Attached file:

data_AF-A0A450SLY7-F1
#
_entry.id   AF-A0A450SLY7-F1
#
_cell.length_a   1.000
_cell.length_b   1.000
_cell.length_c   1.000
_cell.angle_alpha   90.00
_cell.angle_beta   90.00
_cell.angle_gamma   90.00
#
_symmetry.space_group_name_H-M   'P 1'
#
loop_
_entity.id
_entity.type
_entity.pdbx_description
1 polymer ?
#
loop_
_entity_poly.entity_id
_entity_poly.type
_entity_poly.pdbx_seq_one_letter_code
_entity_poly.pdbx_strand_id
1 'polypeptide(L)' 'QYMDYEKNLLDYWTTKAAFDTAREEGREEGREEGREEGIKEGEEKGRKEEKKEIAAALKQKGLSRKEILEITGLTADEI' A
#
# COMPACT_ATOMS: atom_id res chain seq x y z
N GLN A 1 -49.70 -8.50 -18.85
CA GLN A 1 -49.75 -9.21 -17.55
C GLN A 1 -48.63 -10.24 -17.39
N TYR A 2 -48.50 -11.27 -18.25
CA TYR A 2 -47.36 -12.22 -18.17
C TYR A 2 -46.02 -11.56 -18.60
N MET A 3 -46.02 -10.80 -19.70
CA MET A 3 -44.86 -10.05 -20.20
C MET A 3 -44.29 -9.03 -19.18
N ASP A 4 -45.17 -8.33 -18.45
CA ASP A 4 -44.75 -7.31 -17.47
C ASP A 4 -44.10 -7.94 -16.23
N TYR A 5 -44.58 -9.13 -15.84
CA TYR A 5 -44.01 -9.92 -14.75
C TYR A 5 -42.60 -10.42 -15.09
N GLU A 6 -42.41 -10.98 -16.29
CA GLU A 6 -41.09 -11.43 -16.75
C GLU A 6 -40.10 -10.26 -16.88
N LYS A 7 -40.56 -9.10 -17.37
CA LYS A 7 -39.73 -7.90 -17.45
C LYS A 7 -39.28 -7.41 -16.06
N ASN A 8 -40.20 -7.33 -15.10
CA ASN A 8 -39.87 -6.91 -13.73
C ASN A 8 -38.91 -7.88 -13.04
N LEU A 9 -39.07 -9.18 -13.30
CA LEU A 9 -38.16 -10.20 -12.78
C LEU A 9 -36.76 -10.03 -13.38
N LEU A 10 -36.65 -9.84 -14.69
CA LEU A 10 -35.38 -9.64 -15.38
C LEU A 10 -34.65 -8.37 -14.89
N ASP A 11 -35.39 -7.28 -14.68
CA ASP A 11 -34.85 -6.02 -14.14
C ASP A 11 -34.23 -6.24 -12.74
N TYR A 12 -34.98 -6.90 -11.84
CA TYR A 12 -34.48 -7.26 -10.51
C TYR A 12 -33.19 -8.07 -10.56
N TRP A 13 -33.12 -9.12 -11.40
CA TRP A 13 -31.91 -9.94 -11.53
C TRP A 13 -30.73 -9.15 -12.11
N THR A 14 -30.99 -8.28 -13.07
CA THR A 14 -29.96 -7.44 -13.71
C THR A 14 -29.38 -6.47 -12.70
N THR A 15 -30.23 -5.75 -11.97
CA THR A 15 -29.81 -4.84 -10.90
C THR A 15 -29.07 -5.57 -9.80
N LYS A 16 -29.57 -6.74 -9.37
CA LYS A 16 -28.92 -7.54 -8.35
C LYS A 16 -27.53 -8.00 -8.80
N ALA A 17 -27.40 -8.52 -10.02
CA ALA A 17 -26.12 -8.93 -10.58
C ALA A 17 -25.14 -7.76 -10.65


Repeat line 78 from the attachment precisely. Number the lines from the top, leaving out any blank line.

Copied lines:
C ALA A 17 -25.14 -7.76 -10.65